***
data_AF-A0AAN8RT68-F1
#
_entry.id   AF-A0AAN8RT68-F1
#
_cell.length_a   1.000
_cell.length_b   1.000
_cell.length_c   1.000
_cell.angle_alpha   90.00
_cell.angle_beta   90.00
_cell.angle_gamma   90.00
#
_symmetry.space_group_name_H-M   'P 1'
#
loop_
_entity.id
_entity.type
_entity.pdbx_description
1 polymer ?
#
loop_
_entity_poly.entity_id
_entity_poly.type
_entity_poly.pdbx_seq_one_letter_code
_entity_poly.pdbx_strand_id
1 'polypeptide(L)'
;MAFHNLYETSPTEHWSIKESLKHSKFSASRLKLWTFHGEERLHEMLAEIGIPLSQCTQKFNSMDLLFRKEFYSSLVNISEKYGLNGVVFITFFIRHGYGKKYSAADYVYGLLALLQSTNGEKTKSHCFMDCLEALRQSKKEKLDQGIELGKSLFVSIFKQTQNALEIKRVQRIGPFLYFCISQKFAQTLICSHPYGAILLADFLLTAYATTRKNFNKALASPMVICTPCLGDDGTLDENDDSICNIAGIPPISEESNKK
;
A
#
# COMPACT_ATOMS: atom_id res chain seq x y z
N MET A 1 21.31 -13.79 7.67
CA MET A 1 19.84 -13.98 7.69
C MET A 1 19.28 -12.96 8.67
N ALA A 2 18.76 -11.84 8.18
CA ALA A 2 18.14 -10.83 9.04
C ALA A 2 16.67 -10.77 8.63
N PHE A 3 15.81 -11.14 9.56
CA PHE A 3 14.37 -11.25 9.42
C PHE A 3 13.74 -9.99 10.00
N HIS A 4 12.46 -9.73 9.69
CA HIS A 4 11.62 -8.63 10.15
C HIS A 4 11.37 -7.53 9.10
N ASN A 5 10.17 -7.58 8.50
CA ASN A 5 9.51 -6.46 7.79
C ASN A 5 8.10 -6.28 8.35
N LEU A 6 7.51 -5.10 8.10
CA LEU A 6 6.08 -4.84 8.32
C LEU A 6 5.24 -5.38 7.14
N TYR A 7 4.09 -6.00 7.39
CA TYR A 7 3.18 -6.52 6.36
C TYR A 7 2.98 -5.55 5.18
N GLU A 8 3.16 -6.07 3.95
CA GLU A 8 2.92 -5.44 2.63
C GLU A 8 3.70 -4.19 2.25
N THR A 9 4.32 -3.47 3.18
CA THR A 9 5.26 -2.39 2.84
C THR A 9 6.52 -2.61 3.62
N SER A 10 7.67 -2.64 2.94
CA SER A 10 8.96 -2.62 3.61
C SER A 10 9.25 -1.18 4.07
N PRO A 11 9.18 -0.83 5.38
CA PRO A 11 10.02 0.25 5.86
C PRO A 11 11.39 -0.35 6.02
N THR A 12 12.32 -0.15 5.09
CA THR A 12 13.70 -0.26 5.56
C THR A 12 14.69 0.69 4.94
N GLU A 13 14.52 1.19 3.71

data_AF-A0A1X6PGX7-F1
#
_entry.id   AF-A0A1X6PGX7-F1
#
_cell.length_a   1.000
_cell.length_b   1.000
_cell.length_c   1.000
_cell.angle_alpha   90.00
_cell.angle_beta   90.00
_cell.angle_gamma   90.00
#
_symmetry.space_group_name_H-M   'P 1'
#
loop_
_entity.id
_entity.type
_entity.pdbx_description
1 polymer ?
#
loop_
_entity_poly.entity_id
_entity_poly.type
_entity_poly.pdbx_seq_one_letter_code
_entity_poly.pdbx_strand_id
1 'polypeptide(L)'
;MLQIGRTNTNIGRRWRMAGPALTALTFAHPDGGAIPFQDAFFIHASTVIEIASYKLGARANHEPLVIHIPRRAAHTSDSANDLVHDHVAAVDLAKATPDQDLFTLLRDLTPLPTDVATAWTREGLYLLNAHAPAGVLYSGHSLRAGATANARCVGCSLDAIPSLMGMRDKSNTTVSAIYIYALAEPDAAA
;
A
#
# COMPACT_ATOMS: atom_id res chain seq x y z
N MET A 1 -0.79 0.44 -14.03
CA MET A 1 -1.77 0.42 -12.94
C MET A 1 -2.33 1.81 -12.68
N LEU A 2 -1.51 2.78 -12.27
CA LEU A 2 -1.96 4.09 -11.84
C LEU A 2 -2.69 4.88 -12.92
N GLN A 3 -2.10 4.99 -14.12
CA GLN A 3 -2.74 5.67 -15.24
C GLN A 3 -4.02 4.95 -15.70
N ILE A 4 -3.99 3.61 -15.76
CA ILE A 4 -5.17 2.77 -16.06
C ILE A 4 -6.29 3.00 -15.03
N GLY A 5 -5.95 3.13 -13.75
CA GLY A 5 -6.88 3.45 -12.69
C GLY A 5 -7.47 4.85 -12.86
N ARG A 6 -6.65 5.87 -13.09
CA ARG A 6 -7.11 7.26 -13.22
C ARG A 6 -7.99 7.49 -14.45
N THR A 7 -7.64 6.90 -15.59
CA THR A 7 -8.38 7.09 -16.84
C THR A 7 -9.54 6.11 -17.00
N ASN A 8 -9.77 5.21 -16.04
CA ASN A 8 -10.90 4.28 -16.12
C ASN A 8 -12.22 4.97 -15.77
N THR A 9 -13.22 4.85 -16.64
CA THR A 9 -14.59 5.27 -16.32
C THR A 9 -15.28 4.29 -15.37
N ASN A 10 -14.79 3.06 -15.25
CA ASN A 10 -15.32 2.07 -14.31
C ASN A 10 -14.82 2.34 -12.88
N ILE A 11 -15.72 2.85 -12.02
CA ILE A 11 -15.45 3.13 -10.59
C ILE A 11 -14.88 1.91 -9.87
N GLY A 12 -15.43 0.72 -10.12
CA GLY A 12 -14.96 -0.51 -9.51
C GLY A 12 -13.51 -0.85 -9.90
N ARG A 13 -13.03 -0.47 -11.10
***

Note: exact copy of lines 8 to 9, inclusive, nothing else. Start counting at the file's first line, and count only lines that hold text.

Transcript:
_cell.angle_alpha   90.00
_cell.angle_beta   90.00